Elizabeth Kasmer Becoming Aurora, University of Queensland Press, 29 August 2016, 210pp. $19.95 (pbk.), ISBN 9780702254208
Sixteen-year-old Aurora (Rory) is a troubled young woman. She often looks after her four-year-old brother while her widowed mother works. Rory lives with the guilt of her father’s death four years previous. She is required to perform community service at an aged care facility after taking sole responsibility for vandalising the Curry House with her friends, including childhood friend Cam. The racist slogan painted on the wall is indicative of the attitudes of the group. After the humiliation felt during the court appearance Rory’s attitude appears to change slightly, however this is threatened after an incident, intended as a warning to her and her friends, results in Rory receiving a black eye. Rory is required to read to a resident, Jack Sanford, for at least half an hour each shift. Jack is a retired boxer and does not initially take too kindly to Rory’s presence. Rory decides to learn more about Jack and visits his house, meeting up with her attackers whom Jack has been coaching. An unexpected friendship develops and Rory spends less time with Cam and more with the people she had previously vilified.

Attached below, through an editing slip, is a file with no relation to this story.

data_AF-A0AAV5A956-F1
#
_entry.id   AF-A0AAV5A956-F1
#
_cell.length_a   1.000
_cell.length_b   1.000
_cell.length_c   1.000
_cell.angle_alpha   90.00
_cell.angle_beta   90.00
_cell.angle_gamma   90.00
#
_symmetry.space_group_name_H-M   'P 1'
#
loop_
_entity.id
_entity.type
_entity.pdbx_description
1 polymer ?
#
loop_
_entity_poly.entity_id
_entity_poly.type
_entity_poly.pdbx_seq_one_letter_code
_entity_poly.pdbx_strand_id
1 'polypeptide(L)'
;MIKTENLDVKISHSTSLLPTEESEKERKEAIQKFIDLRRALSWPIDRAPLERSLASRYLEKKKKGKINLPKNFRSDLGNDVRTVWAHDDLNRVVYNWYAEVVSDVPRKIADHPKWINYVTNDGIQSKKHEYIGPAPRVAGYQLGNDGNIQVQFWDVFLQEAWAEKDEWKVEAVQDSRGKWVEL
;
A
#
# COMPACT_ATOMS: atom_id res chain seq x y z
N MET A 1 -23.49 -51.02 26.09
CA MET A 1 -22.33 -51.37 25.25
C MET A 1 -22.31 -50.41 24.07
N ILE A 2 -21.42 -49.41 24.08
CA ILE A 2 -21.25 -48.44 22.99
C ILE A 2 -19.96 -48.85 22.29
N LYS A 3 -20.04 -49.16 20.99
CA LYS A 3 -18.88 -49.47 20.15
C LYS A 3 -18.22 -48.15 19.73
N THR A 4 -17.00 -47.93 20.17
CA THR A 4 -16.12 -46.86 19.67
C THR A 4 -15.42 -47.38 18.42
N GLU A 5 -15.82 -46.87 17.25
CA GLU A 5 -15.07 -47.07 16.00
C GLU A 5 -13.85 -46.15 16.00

Rory is a strong character and although the plot is a little predictable, she creeps into the reader’s heart. The issues portrayed are realistic and the setting easy to visualise. The characters range in cultural backgrounds and ages, and all have their own personal issues to deal with. This could be any Australian suburb with its diverse cultural backgrounds. Kasmer offers teen readers views into lives that I hope might encourage them to learn more about other cultures and older generations.
Reviewed by Liz Derouet